He Sold His Soul on eBay

BACK IN FEBRUARY OF 2006, atheist Hemant Mehta ran an ad on eBay auctioning off a chance to save his soul. For each $10 of the final bid, Hemant promised to attend an hour of church services.

“I don’t take my non-belief lightly,” he wrote in his ad. “However, while I don’t believe in God, I firmly believe I would immediately change those views if presented with evidence to the contrary. And at 22, this is possibly the best chance anyone has of changing me.”

Forty-one bids later, the winning bid of $504 came in from Jim Henderson, a 58-year-old former pastor from Seattle, Washington.

Soon after the auction closed, Henderson flew to Chicago to meet Mehta. When they met in a bar, they sealed a deal a bit different from the one that math-student Mehta had posted.

Instead of the 50 hours of Mehta attending church that Henderson was entitled to for his $504, Henderson instead asked Mehta to attend a dozen or so services at churches of Henderson’s choosing and then write a report on what he found.

“I’m not trying to convert you,” Henderson told Hemant. “You’re going there almost like a critic….If you happen to get converted, that’s off the clock.”

The churches included then-pastor Ted Haggard’s New Life Fellowship in Colorado, Bill Hybel’s Willow Brook Community Church in Illinois, and Joel Osteen’s Lakewood Church in Texas.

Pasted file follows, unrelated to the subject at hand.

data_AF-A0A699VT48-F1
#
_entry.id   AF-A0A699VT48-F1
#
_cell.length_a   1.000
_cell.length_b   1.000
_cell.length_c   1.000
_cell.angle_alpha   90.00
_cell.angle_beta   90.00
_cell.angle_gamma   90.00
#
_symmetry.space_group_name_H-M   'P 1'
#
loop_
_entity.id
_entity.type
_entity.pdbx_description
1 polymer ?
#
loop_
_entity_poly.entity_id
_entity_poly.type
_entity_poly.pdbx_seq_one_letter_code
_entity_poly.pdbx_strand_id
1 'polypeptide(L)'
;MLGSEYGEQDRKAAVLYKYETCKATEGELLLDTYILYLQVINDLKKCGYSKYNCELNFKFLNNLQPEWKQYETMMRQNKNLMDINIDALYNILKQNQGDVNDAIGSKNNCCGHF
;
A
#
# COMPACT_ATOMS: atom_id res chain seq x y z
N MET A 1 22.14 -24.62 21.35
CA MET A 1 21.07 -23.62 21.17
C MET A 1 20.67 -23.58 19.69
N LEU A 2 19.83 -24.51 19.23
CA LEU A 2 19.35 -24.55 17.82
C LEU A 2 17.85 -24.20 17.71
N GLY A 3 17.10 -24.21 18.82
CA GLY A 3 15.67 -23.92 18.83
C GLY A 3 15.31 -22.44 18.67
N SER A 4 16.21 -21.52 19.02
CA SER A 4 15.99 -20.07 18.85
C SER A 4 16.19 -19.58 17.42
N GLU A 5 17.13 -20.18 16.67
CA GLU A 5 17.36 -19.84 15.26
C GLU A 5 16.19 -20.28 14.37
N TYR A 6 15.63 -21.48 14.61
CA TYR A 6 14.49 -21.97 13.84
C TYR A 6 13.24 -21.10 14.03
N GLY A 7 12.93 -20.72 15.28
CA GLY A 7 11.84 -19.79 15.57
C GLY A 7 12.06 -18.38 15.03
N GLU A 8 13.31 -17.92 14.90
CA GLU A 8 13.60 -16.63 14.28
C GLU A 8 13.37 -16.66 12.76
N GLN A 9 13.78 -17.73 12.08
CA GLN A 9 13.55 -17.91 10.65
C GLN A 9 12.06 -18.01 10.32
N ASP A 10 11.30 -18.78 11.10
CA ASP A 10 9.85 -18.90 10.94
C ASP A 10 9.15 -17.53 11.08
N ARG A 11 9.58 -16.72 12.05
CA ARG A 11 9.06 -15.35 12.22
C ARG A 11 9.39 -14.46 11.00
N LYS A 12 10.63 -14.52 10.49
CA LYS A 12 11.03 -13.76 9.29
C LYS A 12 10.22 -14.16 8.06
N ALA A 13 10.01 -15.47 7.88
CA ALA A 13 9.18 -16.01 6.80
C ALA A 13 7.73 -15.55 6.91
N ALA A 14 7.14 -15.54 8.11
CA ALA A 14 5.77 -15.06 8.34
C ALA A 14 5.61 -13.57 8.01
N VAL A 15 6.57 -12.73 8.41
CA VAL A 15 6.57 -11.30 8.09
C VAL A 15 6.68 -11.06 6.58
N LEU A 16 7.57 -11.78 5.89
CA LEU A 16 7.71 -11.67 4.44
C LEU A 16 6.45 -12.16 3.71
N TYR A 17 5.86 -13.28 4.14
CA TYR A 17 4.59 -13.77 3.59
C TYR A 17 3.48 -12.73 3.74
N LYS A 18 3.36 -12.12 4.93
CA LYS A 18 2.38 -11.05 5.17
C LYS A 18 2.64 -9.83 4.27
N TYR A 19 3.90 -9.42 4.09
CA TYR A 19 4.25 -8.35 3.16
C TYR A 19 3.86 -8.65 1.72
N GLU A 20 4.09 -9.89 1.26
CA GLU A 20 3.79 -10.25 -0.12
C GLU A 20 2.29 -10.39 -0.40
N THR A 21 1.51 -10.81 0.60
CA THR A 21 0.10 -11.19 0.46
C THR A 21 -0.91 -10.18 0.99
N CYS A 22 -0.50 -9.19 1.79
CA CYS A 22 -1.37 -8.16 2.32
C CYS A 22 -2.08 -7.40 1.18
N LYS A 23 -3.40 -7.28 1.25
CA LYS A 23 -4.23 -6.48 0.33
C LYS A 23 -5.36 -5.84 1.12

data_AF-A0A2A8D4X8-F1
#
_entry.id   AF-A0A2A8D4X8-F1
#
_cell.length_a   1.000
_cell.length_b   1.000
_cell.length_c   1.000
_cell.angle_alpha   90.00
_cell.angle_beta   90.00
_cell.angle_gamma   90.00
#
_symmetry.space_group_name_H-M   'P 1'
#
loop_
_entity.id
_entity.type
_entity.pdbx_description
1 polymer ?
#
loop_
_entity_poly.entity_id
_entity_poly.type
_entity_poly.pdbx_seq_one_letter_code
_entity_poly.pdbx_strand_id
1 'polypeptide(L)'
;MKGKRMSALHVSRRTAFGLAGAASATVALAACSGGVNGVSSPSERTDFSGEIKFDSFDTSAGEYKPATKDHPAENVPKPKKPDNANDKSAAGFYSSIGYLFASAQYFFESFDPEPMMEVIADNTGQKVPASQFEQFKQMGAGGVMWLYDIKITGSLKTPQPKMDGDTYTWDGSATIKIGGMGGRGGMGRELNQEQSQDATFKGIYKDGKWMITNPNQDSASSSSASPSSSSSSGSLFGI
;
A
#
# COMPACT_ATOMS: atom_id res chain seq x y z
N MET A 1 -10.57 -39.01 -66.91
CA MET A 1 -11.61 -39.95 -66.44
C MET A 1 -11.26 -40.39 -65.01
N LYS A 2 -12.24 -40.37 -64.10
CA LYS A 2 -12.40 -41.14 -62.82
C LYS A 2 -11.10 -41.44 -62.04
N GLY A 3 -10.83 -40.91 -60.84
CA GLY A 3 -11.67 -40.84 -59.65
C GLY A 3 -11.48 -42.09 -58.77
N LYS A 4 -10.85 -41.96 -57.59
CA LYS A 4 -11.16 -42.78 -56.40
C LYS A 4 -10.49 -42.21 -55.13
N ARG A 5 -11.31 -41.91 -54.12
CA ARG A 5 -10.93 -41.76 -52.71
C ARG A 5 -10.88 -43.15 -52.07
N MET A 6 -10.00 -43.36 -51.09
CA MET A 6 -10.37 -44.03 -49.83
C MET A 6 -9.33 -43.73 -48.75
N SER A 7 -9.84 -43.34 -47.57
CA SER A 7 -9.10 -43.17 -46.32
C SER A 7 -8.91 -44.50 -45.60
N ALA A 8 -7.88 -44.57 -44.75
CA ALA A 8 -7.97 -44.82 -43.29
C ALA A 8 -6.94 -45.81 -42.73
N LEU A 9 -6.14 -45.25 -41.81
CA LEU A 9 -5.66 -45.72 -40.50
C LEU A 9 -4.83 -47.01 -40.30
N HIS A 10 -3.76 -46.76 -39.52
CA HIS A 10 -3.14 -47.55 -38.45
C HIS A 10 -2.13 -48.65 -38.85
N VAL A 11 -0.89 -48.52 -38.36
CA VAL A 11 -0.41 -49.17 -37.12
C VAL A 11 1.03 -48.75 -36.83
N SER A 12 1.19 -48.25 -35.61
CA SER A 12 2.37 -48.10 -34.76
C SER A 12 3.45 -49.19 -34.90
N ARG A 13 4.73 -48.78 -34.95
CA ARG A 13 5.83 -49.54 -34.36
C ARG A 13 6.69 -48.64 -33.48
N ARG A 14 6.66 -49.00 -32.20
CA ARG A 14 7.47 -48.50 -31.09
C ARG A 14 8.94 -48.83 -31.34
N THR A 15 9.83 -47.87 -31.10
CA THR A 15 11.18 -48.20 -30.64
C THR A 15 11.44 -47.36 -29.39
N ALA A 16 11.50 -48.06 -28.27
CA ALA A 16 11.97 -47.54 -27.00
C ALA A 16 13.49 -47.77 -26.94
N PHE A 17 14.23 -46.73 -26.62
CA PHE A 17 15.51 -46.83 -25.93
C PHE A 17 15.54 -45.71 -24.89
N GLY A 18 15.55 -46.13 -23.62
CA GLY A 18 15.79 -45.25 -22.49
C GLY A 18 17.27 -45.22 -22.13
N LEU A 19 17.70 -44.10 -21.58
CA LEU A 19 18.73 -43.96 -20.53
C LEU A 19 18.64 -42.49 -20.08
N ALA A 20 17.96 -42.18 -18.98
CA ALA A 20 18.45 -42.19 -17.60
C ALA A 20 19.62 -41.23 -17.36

Hemant eventually wrote the results of his unusual assignment in a book entitled I Sold My Soul on eBay.

The book is a fascinating glimpse of Christianity and its churches through the eyes of a nonbeliever. It’s a mirror held up to Christians reflecting to them how they are seen and perceived by perhaps many of those they hope to win. Think “Mystery Shopper goes to church.”

Mehta’s report is in no way hostile—he considers himself a “friendly atheist.” In his visits, he was sometimes almost too observant, noting that he was puzzled by the lack of real community in churches—families sitting far apart from other families. He also noticed how Christians “raced out the front doors to their cars” immediately after the church service ended.

He found it odd how Christians seemed OK with singing what to him were exceptionally repetitive songs—and how they referred to non-Christians as “lost.”

So far, no church has won Mehta over. But then, it’s really God who, through the Holy Spirit, wins people—sometimes through, and sometimes in spite of, the efforts of Christians. And I’m confident God will be on his case 24/7.

Meanwhile, we Christians could do worse than to let God take care of Hemant and focus our attention instead on how we come across to nonbelievers.


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